What is rebalancing? Rebalancing is when you re-assess your investment portfolio and adjust your holdings such that you return to the percentage allocations you planned for when you started the year. So, if you started the year 80% stocks, 20% bonds and, through the course of gains and losses, you find yourself at 75% stocks and 25% bonds at the end of the year – you should rebalance it by selling off some of your bonds and moving it into stocks. Rebalancing your portfolio is a crucial component of your retirement investing strategy for many reasons – not the least of which is the fact that you should stick to your plan and not let the latest hot run-up distract you.
1. Buy Low, Sell High
This is the cornerstone of rebalancing. If at the end of the year you have a higher percentage than you initially planned, then one can only surmise that it increased in value relative to the other holdings you have. Thus, it is now high and so you should sell it. The proceeds from that investment should go towards the allocation that has fallen during the course of the year – thus you are buying low. Buy low, sell high. You’ve been hearing it for years!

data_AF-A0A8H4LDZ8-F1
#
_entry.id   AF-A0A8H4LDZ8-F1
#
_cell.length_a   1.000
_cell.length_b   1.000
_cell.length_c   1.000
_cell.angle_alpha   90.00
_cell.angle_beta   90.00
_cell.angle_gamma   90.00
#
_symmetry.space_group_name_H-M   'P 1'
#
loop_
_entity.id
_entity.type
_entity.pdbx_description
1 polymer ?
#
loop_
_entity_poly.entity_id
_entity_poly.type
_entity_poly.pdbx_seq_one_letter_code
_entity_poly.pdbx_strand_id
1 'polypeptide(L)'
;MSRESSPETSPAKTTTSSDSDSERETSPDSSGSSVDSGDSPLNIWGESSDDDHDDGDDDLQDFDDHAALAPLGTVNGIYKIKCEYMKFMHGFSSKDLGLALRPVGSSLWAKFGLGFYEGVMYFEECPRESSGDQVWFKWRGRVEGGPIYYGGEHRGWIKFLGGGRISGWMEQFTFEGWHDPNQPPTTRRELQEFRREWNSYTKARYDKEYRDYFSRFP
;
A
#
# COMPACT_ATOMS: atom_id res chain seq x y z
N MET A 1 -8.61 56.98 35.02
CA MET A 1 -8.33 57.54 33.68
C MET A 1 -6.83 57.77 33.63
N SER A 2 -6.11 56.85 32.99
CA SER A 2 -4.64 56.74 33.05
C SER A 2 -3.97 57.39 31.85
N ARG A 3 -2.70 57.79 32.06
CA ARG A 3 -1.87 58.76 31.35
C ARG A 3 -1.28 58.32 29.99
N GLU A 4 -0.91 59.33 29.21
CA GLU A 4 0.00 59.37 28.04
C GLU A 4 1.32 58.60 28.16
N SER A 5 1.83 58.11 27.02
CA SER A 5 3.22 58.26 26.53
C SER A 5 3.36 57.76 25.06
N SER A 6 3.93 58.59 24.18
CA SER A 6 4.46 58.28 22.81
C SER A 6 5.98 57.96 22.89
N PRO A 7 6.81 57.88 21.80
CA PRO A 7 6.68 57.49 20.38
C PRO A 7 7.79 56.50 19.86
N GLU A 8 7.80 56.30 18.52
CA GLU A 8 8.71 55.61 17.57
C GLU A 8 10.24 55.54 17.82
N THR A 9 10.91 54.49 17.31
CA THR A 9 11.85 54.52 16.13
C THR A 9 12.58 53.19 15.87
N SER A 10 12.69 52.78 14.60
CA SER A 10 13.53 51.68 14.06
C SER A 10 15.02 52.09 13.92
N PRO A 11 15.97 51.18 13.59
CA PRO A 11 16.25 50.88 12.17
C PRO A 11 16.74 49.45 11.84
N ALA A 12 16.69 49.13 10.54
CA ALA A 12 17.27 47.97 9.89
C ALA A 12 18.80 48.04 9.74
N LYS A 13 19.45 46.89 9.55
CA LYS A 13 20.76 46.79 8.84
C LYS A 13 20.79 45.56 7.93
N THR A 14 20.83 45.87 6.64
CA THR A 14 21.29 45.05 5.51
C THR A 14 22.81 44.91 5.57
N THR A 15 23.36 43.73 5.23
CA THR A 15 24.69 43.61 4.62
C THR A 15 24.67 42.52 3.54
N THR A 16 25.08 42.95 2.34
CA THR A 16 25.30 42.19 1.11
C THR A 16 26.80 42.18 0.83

2. Stick To Your Plan
After you decided 80% stocks and 20% bonds should be your mix, you need to stick to your plan unless you have a good, unemotional reason not to continue on that path. Maybe you recognize the absence of international exposure, so you want 50% stocks, 20% bonds, and 30% international. Maybe you recognize an overallocation into stocks and want to ratchet it back to 60% stocks and 40% bonds. Unless you have a concrete reason for changing, you should rebalance and follow the plan of attack you set up for yourself twelve months ago.
3. It Makes Mathematical Sense
The math behind it is irrefutable and it does in part have to do with Reason 1: Buy Low, Sell High. For a the math explanation, please read Why Portfolio Rebalancing Works ? It?s More Powerful than You Probably Think.
So go rebalance!